(Last Updated on : 14/05/2012)
Chandragupta Maurya was the ruler, who is credited to have unified the major parts of Indian subcontinent. When Chandragupta Maurya appeared in the political scenario, the entire northwestern part was under the Macedonian king Alexander
and the oppressive king Dhananada
controlled the rest of northern India. At this juncture of Indian history, Chandragupta Maurya appeared as a valiant general and liberated India from the oppression of Dhananada as well as from the shackles of the alien king, Alexander.
The early life of Chandragupta Maurya is still shrouded in mystery and the little, which is known from the classical Sanskrit, Greek and Latin Literature indicates that he was the quintessence of the next rulers in the throne of Magadha. The historical records of the life and career of Chandragupta Maurya are available from the accounts of the classical writers and the epigraphic records of the Mauryas. But none of the historical accounts could provide adequate information about the correct name and pedigree of the first Maurya. Moreover there is a prolonged controversy among the historians regarding the name of the first Maurya king. The Greek and the Latin writers have recorded the name of Chandragupta Maurya in a corrupt form, while the contemporary Mauryan records do not even mention the name "Chandragupta". It was the classical writers, like Arrian and Justin, who mentioned the founder Maurya king as "Sandracottus", but in the indigenous historical accounts and inscriptions, the first Maurya is mentioned under the names of Chandra Sri, Piadasana and Vrishala. However Sir William Jones solved these controversies identifying satisfactorily the corrupted forms used by the classical writers and recognized him as Chandragupta Maurya.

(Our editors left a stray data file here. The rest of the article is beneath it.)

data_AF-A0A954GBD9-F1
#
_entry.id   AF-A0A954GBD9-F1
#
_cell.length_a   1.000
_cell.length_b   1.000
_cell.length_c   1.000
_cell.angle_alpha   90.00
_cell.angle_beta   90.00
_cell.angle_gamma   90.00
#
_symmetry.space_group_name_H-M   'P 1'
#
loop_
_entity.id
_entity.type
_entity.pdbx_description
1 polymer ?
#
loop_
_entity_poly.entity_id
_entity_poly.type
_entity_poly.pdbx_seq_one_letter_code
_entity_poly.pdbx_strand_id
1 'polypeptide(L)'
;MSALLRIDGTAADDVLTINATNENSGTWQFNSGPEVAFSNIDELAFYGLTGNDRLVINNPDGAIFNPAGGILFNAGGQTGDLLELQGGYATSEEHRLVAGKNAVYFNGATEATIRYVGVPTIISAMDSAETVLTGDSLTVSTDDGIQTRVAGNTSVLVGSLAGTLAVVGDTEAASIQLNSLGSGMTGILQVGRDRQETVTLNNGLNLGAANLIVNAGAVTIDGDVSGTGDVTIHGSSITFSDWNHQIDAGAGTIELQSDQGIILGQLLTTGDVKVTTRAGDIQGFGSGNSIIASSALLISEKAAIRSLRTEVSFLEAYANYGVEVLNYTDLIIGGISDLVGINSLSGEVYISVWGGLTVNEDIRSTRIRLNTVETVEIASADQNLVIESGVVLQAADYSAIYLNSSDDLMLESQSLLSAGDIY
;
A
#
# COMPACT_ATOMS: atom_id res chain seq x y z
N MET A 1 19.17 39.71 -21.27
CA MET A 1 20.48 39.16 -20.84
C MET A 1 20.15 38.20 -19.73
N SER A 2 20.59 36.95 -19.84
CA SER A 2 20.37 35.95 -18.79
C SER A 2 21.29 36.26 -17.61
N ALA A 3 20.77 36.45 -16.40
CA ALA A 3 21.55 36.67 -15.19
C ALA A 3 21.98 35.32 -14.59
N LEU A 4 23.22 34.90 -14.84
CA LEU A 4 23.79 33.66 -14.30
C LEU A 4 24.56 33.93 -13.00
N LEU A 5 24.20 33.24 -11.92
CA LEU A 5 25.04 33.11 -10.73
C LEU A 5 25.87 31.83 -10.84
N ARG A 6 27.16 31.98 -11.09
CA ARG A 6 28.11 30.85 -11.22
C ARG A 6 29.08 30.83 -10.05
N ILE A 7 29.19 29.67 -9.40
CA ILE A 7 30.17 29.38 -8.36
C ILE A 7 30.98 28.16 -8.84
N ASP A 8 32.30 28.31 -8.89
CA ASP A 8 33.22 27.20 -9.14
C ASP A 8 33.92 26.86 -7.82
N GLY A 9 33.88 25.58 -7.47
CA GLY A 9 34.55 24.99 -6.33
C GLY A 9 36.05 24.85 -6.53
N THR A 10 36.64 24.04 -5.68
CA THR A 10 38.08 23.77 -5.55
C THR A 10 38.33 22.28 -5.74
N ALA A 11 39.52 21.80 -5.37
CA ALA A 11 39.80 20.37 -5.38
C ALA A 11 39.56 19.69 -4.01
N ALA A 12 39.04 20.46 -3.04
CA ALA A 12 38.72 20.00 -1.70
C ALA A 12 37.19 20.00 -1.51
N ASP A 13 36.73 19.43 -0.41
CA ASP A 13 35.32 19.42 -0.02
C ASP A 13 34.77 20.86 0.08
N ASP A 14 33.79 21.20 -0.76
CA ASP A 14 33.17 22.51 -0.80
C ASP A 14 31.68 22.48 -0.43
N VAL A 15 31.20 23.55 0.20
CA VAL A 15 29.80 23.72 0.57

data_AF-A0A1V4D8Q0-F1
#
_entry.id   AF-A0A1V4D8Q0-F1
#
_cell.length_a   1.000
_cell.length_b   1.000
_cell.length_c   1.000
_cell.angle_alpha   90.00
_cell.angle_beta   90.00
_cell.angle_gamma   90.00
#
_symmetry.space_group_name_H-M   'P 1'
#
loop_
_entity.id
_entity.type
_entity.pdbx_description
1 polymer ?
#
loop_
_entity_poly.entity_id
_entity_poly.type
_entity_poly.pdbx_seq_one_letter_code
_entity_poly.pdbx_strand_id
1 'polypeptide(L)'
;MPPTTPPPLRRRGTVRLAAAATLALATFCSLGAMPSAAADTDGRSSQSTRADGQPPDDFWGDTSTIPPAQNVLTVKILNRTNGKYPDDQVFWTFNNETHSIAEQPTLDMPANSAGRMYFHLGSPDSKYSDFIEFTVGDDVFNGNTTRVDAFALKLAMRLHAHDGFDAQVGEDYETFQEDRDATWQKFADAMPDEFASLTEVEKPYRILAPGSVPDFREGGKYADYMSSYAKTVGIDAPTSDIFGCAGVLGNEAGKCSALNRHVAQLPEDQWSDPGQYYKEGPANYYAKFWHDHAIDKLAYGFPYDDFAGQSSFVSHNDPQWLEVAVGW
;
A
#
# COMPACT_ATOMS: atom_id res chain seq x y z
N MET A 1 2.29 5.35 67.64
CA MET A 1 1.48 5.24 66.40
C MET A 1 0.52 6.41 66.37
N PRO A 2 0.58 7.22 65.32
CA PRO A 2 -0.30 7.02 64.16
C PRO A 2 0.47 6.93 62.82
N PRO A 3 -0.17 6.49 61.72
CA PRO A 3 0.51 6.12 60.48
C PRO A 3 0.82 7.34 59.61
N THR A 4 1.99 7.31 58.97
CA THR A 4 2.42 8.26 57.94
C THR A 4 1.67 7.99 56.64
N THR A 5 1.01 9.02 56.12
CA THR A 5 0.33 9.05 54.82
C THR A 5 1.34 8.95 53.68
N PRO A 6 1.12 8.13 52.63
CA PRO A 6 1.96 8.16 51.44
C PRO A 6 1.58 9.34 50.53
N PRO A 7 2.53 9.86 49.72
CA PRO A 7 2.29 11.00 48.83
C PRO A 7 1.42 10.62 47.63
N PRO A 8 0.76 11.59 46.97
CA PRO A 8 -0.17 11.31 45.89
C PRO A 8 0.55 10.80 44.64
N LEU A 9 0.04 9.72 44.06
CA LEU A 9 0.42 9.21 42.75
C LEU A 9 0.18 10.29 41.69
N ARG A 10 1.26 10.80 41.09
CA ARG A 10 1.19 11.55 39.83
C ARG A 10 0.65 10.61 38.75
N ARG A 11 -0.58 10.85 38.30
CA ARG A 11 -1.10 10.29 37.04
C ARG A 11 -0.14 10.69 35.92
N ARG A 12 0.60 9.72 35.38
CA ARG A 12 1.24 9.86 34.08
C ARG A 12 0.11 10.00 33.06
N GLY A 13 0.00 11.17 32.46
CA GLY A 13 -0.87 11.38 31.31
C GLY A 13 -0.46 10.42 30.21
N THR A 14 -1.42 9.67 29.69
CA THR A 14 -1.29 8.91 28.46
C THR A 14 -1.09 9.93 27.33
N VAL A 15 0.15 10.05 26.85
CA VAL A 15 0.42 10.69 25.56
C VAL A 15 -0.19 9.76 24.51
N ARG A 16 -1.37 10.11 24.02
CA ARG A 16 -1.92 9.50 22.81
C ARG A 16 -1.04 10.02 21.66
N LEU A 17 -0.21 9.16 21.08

As far as the historical records are concerned, Chandragupta and his descendants belong to the "Maurya" lineage. Though the historians have unanimously named the family of Chandragupta, as "Maurya" there is no authentic recognition of the original ancestry of Chandragupta Maurya. There are two theories approached by the historians, which throw some light to the parentage or ancestry of Chandragupta, one is the Brahmanical theory and the other is the theory approached by the classical writers.
According to the Brahmanical writers, Chandragupta was Sudra by origin. But the Buddhist ascribe him a high Kshatriya lineage. Ratnagarbha, a critic of Vishnu Purana,
advocated the theory that Chandragupta had a base origin and his title "Maurya" is derived from Mura, who was one of the wives of a Nanda king and mother of Chandragupta Maurya. The theory of Chandragupta's base origin was elaborated in the drama "Mudrarakshasha"
and he is mentioned with a disparaging soubriquet as "Vrishala, Kulahina Mauryaputra". A detailed interpretation of this term however indicates the Sudra origin of Chandragupta Maurya. Dhundiraja, another exponent of the Brahmanical theory and the commentator of Mudrarakshasha propounded that Mura was a Sudra woman, who was the wife of a Nanda King. Hence Chandragupta Maurya, according to Dhundiraja belonged to Nanda origin. In spite of having ample records in support of the Brahmanical theory, the scholars in the later years on the basis of various other evidences have challenged the Brahmanical theory.